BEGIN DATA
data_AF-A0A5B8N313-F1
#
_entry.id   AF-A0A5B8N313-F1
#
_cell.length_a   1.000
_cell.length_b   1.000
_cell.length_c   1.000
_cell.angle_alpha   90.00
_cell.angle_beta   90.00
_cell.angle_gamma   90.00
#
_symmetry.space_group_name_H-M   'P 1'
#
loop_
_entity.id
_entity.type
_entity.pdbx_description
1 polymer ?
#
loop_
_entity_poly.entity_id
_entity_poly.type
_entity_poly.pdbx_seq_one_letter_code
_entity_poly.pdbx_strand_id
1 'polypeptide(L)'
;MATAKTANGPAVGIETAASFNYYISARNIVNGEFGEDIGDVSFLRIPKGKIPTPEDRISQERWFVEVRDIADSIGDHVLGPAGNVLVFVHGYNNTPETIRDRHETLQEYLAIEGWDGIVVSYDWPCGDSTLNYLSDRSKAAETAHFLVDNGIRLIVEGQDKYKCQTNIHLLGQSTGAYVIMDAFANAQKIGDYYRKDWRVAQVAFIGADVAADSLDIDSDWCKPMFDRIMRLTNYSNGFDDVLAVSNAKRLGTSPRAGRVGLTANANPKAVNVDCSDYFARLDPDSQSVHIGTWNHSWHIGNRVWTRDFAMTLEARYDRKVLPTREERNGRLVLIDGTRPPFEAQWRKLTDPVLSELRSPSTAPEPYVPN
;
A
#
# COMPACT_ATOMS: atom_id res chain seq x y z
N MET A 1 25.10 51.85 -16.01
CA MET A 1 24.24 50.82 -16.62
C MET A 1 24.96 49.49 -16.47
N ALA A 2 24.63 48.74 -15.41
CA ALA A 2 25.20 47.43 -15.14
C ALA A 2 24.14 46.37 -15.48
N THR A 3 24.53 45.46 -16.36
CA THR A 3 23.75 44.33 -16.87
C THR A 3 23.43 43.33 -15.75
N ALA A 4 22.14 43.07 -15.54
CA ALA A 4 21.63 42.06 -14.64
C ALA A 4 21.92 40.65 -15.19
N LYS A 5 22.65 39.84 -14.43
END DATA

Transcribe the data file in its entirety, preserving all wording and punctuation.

data_AF-A0A5B8N313-F1
#
_entry.id   AF-A0A5B8N313-F1
#
_cell.length_a   1.000
_cell.length_b   1.000
_cell.length_c   1.000
_cell.angle_alpha   90.00
_cell.angle_beta   90.00
_cell.angle_gamma   90.00
#
_symmetry.space_group_name_H-M   'P 1'
#
loop_
_entity.id
_entity.type
_entity.pdbx_description
1 polymer ?
#
loop_
_entity_poly.entity_id
_entity_poly.type
_entity_poly.pdbx_seq_one_letter_code
_entity_poly.pdbx_strand_id
1 'polypeptide(L)'
;MATAKTANGPAVGIETAASFNYYISARNIVNGEFGEDIGDVSFLRIPKGKIPTPEDRISQERWFVEVRDIADSIGDHVLGPAGNVLVFVHGYNNTPETIRDRHETLQEYLAIEGWDGIVVSYDWPCGDSTLNYLSDRSKAAETAHFLVDNGIRLIVEGQDKYKCQTNIHLLGQSTGAYVIMDAFANAQKIGDYYRKDWRVAQVAFIGADVAADSLDIDSDWCKPMFDRIMRLTNYSNGFDDVLAVSNAKRLGTSPRAGRVGLTANANPKAVNVDCSDYFARLDPDSQSVHIGTWNHSWHIGNRVWTRDFAMTLEARYDRKVLPTREERNGRLVLIDGTRPPFEAQWRKLTDPVLSELRSPSTAPEPYVPN
;
A
#
# COMPACT_ATOMS: atom_id res chain seq x y z
N MET A 1 25.10 51.85 -16.01
CA MET A 1 24.24 50.82 -16.62
C MET A 1 24.96 49.49 -16.47
N ALA A 2 24.63 48.74 -15.41
CA ALA A 2 25.20 47.43 -15.14
C ALA A 2 24.14 46.37 -15.48
N THR A 3 24.53 45.46 -16.36
CA THR A 3 23.75 44.33 -16.87
C THR A 3 23.43 43.33 -15.75
N ALA A 4 22.14 43.07 -15.54
CA ALA A 4 21.63 42.06 -14.64
C ALA A 4 21.92 40.65 -15.19
N LYS A 5 22.65 39.84 -14.43